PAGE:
Scores of imprisoned Turkish journalists face a Kafkaesque nightmare of legal limbo, farcical charge sheets, maltreatment and even solitary confinement in the country that locks up more reporters than any other in the world.
A series of Guardian interviews and written exchanges with several of those jailed as a result of a sweeping media crackdown found a huge mental burden on the incarcerated, as well as tough social and intellectual restrictions.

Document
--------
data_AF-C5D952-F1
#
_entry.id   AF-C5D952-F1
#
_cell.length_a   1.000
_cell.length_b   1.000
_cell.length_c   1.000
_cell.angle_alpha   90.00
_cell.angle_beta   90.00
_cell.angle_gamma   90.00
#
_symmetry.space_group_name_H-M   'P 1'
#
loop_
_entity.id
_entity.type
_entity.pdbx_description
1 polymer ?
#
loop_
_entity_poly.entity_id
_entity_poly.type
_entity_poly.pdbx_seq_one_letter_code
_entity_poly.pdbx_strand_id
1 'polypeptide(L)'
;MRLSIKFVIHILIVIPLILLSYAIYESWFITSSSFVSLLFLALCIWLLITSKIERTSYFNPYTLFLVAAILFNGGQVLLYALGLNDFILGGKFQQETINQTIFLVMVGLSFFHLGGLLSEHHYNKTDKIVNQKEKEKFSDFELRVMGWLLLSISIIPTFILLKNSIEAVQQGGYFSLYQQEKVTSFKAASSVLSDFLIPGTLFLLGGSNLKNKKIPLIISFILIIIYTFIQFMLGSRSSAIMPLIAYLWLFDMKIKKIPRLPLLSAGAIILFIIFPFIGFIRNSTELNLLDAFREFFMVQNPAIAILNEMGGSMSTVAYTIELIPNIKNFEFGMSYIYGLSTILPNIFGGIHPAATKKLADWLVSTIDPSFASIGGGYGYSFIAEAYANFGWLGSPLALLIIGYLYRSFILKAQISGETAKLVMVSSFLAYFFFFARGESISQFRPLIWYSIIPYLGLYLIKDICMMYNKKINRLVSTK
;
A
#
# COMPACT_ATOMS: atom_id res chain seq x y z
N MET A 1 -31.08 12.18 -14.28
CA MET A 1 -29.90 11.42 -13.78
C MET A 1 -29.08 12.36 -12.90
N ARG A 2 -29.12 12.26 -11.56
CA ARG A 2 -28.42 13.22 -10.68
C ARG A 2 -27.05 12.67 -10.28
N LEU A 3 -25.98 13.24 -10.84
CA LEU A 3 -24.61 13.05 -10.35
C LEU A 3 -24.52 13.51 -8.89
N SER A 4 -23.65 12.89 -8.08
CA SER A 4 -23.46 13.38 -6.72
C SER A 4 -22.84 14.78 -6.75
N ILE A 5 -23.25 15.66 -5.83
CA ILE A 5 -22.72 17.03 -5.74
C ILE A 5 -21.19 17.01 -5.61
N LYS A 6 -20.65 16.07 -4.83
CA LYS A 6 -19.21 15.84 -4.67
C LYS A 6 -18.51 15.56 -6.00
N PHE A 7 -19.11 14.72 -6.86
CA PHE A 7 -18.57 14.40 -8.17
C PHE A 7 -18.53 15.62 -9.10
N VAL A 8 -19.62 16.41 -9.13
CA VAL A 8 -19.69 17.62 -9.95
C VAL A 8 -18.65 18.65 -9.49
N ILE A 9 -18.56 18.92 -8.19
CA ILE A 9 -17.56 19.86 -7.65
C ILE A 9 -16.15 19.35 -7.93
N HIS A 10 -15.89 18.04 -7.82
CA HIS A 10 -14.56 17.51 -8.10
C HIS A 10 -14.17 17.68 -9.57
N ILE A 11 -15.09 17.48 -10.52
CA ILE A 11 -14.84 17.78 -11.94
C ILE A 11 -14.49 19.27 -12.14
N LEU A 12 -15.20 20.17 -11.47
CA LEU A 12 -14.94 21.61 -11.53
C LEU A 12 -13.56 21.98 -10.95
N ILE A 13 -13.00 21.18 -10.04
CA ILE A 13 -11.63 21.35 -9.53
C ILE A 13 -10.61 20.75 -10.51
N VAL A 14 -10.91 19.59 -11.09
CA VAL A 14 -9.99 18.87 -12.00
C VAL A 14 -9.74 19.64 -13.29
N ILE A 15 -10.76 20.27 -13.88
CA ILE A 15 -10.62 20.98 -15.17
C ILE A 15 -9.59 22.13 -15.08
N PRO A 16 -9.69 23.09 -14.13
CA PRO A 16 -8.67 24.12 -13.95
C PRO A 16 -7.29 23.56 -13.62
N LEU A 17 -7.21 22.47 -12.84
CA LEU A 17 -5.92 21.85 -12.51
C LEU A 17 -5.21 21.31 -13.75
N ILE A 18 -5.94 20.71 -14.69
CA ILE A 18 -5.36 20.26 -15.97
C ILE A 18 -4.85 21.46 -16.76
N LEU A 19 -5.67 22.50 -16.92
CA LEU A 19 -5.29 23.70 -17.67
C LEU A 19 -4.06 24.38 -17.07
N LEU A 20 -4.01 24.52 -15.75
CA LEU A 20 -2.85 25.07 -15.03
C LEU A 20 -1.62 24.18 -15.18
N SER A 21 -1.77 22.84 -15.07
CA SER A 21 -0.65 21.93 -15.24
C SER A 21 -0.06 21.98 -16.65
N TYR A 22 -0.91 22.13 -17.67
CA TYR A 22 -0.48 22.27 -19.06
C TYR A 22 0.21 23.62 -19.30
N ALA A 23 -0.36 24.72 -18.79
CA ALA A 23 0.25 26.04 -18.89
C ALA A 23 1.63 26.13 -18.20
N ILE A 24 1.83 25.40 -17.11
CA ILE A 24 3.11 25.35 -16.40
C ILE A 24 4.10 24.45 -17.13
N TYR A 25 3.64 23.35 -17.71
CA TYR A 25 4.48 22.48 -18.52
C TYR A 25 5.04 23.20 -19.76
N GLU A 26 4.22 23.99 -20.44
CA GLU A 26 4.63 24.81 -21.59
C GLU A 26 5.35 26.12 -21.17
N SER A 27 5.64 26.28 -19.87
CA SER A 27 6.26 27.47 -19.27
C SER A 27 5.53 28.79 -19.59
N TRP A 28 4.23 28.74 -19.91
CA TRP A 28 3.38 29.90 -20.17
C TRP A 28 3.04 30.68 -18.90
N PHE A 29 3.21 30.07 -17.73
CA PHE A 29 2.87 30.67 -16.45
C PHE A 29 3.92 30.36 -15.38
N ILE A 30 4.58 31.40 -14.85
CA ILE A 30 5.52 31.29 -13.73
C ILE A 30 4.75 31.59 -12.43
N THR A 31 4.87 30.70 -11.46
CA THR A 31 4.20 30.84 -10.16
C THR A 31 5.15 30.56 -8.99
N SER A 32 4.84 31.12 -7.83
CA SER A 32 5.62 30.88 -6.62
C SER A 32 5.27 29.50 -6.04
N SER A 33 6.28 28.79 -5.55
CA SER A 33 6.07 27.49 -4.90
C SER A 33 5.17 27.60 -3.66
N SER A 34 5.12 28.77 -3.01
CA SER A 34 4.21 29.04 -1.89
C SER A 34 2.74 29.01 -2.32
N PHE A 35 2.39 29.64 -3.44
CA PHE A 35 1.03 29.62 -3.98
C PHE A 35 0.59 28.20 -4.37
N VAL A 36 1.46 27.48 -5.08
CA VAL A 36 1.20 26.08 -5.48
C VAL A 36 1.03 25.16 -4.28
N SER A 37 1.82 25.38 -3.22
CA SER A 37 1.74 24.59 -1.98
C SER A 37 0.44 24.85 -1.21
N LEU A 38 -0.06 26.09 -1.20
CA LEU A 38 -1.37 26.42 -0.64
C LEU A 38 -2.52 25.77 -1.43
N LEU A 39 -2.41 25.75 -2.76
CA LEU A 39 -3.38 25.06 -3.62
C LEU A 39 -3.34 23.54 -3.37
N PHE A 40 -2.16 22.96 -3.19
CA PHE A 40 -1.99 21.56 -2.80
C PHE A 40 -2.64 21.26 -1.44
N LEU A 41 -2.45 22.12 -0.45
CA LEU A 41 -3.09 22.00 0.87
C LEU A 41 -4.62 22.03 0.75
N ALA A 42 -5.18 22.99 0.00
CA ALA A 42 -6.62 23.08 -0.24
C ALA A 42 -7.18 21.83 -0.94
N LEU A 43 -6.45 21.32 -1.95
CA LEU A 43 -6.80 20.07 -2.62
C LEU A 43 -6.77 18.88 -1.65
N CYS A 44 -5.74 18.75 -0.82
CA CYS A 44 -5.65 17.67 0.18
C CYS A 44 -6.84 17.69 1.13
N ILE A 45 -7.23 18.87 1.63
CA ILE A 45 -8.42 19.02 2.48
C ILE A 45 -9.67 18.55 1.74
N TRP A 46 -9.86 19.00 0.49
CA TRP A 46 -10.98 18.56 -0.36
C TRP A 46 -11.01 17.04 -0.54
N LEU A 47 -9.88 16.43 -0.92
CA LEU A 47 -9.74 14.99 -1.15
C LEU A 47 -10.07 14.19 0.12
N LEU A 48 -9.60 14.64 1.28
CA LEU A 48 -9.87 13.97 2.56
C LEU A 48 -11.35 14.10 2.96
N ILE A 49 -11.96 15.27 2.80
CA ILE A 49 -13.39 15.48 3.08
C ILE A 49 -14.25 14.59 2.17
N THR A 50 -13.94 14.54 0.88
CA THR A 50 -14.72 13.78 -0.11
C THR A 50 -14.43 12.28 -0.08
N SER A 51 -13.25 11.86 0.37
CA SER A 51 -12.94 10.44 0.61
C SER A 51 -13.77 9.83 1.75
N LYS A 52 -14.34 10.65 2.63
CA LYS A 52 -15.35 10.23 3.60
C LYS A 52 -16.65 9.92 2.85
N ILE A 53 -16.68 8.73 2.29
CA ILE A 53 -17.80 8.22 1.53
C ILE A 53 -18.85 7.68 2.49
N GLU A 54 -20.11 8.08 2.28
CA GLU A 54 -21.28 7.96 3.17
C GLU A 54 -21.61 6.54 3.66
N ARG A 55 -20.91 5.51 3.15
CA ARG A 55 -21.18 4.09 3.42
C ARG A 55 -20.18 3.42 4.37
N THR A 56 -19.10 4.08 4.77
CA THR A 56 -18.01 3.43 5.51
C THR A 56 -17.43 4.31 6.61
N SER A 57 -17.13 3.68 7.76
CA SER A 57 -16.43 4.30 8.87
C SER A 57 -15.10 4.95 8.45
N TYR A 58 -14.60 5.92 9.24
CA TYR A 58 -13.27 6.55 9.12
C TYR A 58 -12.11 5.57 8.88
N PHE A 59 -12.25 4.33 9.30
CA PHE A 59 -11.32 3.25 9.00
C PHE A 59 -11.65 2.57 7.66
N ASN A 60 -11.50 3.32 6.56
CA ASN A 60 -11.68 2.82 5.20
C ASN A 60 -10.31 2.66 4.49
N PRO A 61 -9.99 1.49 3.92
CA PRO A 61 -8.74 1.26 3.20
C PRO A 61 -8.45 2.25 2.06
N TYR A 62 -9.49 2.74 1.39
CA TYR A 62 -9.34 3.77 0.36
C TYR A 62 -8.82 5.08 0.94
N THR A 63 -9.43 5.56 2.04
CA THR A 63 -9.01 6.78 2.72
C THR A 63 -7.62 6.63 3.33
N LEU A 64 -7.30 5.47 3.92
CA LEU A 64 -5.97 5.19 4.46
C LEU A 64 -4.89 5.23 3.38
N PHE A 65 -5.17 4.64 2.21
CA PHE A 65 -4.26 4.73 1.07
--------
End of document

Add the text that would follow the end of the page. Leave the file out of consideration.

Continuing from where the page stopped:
“I have been broken and twisted in more ways than I can imagine,” says the recently released novelist Aslı Erdoğan (no relation to the president, Recep Tayyip Erdoğan), who spent five days in solitary confinement at the start of four months of pretrial detention.
‘Sometimes I laugh at this farce’: six writers on life behind bars in Turkey
Mehmet Altan, a journalist awaiting trial for supposedly attempting to bring down the government describes his life in prison as an environment “where no needs of a mature mind are met. It is like wearing striped pyjamas. It is a very narrow life without any joy or feeling to it.”
[By Kareem Shaheen; more at The Guardian, 23rd March 2017]